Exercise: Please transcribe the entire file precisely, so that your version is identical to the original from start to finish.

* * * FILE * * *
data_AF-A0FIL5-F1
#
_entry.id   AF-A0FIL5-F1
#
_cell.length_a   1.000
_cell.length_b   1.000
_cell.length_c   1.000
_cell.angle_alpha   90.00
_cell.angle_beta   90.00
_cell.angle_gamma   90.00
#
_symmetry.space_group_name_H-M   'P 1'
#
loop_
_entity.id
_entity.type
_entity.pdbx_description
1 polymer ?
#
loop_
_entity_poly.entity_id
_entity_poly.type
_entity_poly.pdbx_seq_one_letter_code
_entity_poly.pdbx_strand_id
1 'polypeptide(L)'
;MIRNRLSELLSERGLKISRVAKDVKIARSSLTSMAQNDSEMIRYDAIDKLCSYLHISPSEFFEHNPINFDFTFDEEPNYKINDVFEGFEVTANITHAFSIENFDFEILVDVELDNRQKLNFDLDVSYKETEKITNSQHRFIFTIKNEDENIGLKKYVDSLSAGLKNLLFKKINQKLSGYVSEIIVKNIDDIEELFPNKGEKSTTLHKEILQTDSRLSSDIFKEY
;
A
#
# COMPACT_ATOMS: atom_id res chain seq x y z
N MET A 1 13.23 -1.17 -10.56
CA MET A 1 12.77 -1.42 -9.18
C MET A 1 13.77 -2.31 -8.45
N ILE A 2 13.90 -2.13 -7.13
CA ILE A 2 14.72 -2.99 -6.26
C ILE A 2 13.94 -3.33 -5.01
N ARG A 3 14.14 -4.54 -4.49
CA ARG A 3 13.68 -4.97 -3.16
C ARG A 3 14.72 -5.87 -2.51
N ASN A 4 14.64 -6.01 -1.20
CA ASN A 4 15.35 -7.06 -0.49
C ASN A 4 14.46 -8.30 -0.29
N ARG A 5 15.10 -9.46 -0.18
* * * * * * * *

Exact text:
data_AF-A0FIL5-F1
#
_entry.id   AF-A0FIL5-F1
#
_cell.length_a   1.000
_cell.length_b   1.000
_cell.length_c   1.000
_cell.angle_alpha   90.00
_cell.angle_beta   90.00
_cell.angle_gamma   90.00
#
_symmetry.space_group_name_H-M   'P 1'
#
loop_
_entity.id
_entity.type
_entity.pdbx_description
1 polymer ?
#
loop_
_entity_poly.entity_id
_entity_poly.type
_entity_poly.pdbx_seq_one_letter_code
_entity_poly.pdbx_strand_id
1 'polypeptide(L)'
;MIRNRLSELLSERGLKISRVAKDVKIARSSLTSMAQNDSEMIRYDAIDKLCSYLHISPSEFFEHNPINFDFTFDEEPNYKINDVFEGFEVTANITHAFSIENFDFEILVDVELDNRQKLNFDLDVSYKETEKITNSQHRFIFTIKNEDENIGLKKYVDSLSAGLKNLLFKKINQKLSGYVSEIIVKNIDDIEELFPNKGEKSTTLHKEILQTDSRLSSDIFKEY
;
A
#
# COMPACT_ATOMS: atom_id res chain seq x y z
N MET A 1 13.23 -1.17 -10.56
CA MET A 1 12.77 -1.42 -9.18
C MET A 1 13.77 -2.31 -8.45
N ILE A 2 13.90 -2.13 -7.13
CA ILE A 2 14.72 -2.99 -6.26
C ILE A 2 13.94 -3.33 -5.01
N ARG A 3 14.14 -4.54 -4.49
CA ARG A 3 13.68 -4.97 -3.16
C ARG A 3 14.72 -5.87 -2.51
N ASN A 4 14.64 -6.01 -1.20
CA ASN A 4 15.35 -7.06 -0.49
C ASN A 4 14.46 -8.30 -0.29
N ARG A 5 15.10 -9.46 -0.18